Carbon Footprint 2022

Summary below and less technical summary here.


This report describes the greenhouse gas emissions produced by Devon County Council’s activity (our ‘carbon footprint’) in the financial year from April 2021 to March 2022 (referred to as 2021/22). These emissions are compared to previous years’ data and our baseline year of April 2012 to March 2013 (referred to as 2012/13).

The Carbon Reduction Plan explains the activities we are implementing over the next seven years to achieve a net-zero operation.


Overall, we are still 53% below our baseline year of 2012/13 and ahead of target to achieve a 70% reduction by 2030. The current plan is for the remaining 30% to be offset.

Not surprisingly, emissions increased very slightly last year against the previous ‘lockdown’ year but are still lower than 2019/20 (See Table 1 below). Increases in carbon emissions from business travel were countered by a reduction in emissions from street lighting due to the LED upgrade programme. In addition, the impact of major building retrofits, solar PV installations and electric vehicle purchases, which have gone ahead this year, will not be seen in the data until next year.

Part A – Summary Table and Graphics

The Greenhouse Gas (GHG) Protocol sets the global standard for how to measure, manage and report a carbon footprint. Within the standard, emissions are split into three scopes:

  • Scope 1 GHG emissions are ‘emissions from sources that are owned or controlled by the organisation’. In our case this is the burning of fossil fuel (e.g. gas and diesel) in buildings and our vehicle fleet.
  • Scope 2 GHG emissions are defined as ‘emissions from the consumption of purchased energy’. In our case this is electricity.
  • Scope 3 GHG emissions are defined as ‘emissions that are a consequence of the operations of an organisation but are not directly owned or controlled by the organisation’. Scope 3 is an optional reporting category which can include several different sources of GHG emissions. In this report we have included GHG emissions associated with providing ‘home to school’ transport, travelling for our work purposes, water consumption in our corporate buildings, home working and the GHGs emitted during the process of extracting, refining and delivering fossil fuels and electricity to our business locations – these are termed ‘Well to Tank’ emissions.

Table 1 shows our gross 2021/22 emissions in comparison to previous years and the baseline year of 2012/13. The data is displayed in tonnes of carbon dioxide equivalent. This is a measure of the effect of a basket of greenhouse gas emissions (such as methane and nitrous oxide) on the atmosphere, not just carbon dioxide. All the years are directly comparable as we have recalculated the data to remove the effect of significant changes to the organisation, such as a year where we may have closed a significant number of buildings. Encouragingly, emissions for last year are only up a tiny amount, considering that business travel has grown given the lifting of restrictions related to the pandemic.

2012/13 Base Year 2019/20 2020/21 2021/22 % Change Base Year
Scope 1 4,667 2,598 2,207 2,274 -51%
Scope 2 18,701 6,252 4,969 4,153 -78%
Scope 3 18,367 12,791 12,580 13,339 -27%
Gross Emissions 41,735  21,641  19,756  19,767 -53%
Gross Emissions per £m of Gross Expenditure at 2021 prices 26 17 15 13 -51%
Emissions (excluding school transport and street lighting) per Full Time Equivalent staff 3.1 1.7 1.3 1.5  -54%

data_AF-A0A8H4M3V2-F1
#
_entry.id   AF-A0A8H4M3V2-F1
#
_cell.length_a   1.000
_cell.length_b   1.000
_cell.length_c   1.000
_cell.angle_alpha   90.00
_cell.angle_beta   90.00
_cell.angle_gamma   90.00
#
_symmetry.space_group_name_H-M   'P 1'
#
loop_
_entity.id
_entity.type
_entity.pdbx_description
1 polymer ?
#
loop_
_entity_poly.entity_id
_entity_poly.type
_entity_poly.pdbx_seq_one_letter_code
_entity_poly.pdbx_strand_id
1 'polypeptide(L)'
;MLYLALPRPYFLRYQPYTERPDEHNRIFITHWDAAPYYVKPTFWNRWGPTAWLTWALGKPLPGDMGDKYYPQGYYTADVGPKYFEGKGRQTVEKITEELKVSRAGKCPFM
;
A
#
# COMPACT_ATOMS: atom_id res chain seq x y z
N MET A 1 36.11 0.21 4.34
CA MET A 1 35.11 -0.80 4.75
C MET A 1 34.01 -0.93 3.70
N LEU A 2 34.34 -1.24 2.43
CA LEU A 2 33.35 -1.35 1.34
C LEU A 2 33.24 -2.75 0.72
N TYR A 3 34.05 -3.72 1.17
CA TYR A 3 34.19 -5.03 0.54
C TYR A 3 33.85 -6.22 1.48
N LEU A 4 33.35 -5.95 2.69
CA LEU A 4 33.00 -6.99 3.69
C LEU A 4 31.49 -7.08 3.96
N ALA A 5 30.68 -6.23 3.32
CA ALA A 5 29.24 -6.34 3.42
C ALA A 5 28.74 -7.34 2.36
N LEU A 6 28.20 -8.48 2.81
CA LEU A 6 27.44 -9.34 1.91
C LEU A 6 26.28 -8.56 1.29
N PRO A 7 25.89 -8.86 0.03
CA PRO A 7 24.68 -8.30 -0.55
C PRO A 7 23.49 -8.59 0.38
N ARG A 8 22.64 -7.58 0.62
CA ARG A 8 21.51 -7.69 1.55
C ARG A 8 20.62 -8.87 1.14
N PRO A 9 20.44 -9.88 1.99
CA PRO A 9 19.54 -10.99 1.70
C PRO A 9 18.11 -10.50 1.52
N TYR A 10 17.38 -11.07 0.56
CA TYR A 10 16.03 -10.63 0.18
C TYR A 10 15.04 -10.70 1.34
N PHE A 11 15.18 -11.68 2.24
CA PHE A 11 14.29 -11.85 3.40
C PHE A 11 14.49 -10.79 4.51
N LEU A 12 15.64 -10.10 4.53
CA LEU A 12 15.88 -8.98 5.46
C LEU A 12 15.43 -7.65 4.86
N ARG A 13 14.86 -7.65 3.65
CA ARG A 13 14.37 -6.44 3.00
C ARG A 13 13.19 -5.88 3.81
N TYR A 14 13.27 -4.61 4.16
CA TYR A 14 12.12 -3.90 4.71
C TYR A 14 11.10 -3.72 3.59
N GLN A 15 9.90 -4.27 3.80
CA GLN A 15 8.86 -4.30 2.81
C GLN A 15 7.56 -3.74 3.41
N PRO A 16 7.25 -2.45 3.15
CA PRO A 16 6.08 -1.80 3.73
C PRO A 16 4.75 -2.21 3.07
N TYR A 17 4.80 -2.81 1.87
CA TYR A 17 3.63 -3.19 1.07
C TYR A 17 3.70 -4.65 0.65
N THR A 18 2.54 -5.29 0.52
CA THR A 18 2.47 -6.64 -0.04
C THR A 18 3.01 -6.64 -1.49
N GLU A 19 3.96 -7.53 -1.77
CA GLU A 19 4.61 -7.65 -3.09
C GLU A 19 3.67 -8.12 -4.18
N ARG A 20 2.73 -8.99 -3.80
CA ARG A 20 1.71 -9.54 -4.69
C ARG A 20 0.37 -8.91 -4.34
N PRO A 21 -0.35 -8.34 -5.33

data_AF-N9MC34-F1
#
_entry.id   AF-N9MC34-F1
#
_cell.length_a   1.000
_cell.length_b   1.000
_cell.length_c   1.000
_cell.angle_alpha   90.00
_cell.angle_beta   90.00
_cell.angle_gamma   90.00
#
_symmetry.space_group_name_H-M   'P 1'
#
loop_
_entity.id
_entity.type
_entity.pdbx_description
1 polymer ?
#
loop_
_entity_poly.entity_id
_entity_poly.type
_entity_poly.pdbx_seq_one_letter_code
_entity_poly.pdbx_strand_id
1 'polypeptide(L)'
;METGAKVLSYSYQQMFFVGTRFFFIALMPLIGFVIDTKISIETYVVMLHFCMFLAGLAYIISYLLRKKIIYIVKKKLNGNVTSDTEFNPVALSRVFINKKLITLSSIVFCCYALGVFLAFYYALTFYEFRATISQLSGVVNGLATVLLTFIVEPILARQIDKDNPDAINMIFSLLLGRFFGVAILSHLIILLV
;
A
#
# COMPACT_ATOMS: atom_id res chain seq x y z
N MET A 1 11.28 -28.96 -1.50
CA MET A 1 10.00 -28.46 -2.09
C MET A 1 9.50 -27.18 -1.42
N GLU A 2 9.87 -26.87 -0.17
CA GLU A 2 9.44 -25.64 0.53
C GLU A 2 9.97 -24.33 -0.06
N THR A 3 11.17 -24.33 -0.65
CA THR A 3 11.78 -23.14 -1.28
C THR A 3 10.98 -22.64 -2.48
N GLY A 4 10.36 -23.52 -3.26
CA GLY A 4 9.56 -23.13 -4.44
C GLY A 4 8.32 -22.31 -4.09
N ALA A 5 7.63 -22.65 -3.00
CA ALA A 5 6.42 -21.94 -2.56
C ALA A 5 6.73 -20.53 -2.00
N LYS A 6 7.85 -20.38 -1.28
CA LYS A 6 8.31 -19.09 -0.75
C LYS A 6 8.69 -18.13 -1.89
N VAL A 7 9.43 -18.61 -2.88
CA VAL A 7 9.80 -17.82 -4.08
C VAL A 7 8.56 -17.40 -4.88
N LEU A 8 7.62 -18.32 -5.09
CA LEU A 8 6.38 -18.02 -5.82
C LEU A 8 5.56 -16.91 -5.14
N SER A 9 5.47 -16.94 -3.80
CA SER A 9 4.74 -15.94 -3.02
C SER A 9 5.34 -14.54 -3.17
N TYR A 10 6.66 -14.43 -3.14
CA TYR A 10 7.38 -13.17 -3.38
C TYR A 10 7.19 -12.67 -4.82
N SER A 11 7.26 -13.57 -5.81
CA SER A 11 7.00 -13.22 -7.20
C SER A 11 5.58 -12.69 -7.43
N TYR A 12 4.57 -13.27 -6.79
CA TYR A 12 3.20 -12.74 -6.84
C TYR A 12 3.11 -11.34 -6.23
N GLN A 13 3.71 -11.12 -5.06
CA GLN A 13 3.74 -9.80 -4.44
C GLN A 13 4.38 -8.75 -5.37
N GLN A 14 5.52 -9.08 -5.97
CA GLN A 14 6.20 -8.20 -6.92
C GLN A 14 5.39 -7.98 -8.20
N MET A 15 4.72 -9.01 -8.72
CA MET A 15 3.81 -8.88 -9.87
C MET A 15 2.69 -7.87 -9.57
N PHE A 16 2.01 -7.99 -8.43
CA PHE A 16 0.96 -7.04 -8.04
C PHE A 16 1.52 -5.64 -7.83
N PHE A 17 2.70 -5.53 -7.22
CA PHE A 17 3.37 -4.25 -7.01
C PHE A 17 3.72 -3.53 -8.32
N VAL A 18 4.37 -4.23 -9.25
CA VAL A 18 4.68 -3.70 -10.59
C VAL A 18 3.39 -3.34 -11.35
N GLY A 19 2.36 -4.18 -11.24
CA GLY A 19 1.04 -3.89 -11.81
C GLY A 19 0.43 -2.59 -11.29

Table 1: Devon County Council’s greenhouse gas emissions data for 2012/13, 2019/20, 2020/21 and 2021/22 displayed in tonnes of carbon dioxide equivalent (tCO2e).

Figure 1 shows the gross corporate greenhouse gas emissions for each year on a bar chart. Included in Figure 1 is a green line showing the level below which our emissions need to be to reach our target of reducing gross corporate emissions by 70% by 2030 from 2012/13 levels. It is proposed to offset the remaining 30% through certified carbon offsetting mechanisms in the United Kingdom to achieve ‘net-zero emissions’.

Figure 1: Devon County Council gross corporate greenhouse gas emissions graph, 2022.
Figure 1: Devon County Council gross corporate greenhouse gas emissions graph, 2021/22.
Figure 2: 2021/22 Gross greenhouse emissions by source piechart.
Figure 2: 2021/22 Gross greenhouse emissions by source piechart

Part B – Supporting Explanations

Company Information

Devon County Council is the upper tier local authority in Devon, excluding the unitary areas of Torbay and Plymouth.

Quantification and Reporting Methodology

We have followed the Defra Guidance on ‘Environmental Reporting Guidelines: including mandatory greenhouse gas emissions reporting’ dated October 2013. The scope of the carbon footprint is based on our activities that can either be measured from consumption data or reasonably estimated from finance data. We have used the 2021 emissions factors from the Department for Business, Energy and Industrial Strategy for this assessment.

Organisational Boundary

Devon County Council has used the financial control approach to identify operations from which to collect data. Therefore, schools and leased properties are excluded from scopes 1 and 2.

We are always looking to improve what and how we count in the footprint and carry out a regular review of the boundary and the scopes.

Operational Scopes

DCC has measured its scope 1, 2 and available scope 3 emissions. These are shown in Table 2 along with the change in the previous 12 months.

2020/21 GHG (tCO2e) 2021/22 GHG (tCO2e) % Change in last year % of relevant scope in 2021/22
Scope 1
Gas 1,327 1,229 -7% 54%
Oil 25 20 -20% 1%
LPG 10 9 -9% 0%
Owned transport 846 1,016 20% 45%
Total Scope 1 2,207 2,274 3%
Scope 2
Purchased electricity – street lighting 4,111 3,335 -19% 80%
Purchased electricity – corporate 858 816 -5% 20%
Total Scope 2 4,969 4,151 -16%
Available Scope 3
School transport 7,738 7,912 2% 59%
Business travel 867 1,162 34% 9%
Water 41 6 -85% 0%
Home working 1,021 808 -21% 6%
Well to Tank 2,907 3,450 19% 26%
Total Scope 3 12,574 13,339 6%


Scope 1